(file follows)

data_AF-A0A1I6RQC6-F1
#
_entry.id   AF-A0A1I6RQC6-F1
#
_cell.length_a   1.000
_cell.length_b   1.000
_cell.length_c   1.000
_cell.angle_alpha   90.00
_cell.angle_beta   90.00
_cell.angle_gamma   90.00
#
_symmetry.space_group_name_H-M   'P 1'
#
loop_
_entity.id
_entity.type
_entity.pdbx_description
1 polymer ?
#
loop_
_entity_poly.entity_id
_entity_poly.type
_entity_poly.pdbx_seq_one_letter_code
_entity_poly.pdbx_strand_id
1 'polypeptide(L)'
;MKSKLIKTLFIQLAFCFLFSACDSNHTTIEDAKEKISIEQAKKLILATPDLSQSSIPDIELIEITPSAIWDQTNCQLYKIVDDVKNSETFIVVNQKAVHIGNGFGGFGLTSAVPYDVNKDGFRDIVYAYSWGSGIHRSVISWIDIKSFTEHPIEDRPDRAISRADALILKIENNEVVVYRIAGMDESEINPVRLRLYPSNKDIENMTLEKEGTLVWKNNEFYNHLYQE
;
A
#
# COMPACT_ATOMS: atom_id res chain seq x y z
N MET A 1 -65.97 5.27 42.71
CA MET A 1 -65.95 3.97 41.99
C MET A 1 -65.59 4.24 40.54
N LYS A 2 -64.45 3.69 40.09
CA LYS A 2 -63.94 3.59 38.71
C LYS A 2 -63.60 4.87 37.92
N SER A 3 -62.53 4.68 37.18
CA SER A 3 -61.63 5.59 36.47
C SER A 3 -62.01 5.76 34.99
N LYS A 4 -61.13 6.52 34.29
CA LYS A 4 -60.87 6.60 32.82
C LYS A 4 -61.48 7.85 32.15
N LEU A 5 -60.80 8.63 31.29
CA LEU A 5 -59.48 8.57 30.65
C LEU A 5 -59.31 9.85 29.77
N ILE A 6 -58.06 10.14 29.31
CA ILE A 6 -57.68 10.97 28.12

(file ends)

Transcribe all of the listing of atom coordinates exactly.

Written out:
data_AF-A0A1I6RQC6-F1
#
_entry.id   AF-A0A1I6RQC6-F1
#
_cell.length_a   1.000
_cell.length_b   1.000
_cell.length_c   1.000
_cell.angle_alpha   90.00
_cell.angle_beta   90.00
_cell.angle_gamma   90.00
#
_symmetry.space_group_name_H-M   'P 1'
#
loop_
_entity.id
_entity.type
_entity.pdbx_description
1 polymer ?
#
loop_
_entity_poly.entity_id
_entity_poly.type
_entity_poly.pdbx_seq_one_letter_code
_entity_poly.pdbx_strand_id
1 'polypeptide(L)'
;MKSKLIKTLFIQLAFCFLFSACDSNHTTIEDAKEKISIEQAKKLILATPDLSQSSIPDIELIEITPSAIWDQTNCQLYKIVDDVKNSETFIVVNQKAVHIGNGFGGFGLTSAVPYDVNKDGFRDIVYAYSWGSGIHRSVISWIDIKSFTEHPIEDRPDRAISRADALILKIENNEVVVYRIAGMDESEINPVRLRLYPSNKDIENMTLEKEGTLVWKNNEFYNHLYQE
;
A
#
# COMPACT_ATOMS: atom_id res chain seq x y z
N MET A 1 -65.97 5.27 42.71
CA MET A 1 -65.95 3.97 41.99
C MET A 1 -65.59 4.24 40.54
N LYS A 2 -64.45 3.69 40.09
CA LYS A 2 -63.94 3.59 38.71
C LYS A 2 -63.60 4.87 37.92
N SER A 3 -62.53 4.68 37.18
CA SER A 3 -61.63 5.59 36.47
C SER A 3 -62.01 5.76 34.99
N LYS A 4 -61.13 6.52 34.29
CA LYS A 4 -60.87 6.60 32.82
C LYS A 4 -61.48 7.85 32.15
N LEU A 5 -60.80 8.63 31.29
CA LEU A 5 -59.48 8.57 30.65
C LEU A 5 -59.31 9.85 29.77
N ILE A 6 -58.06 10.14 29.31
CA ILE A 6 -57.68 10.97 28.12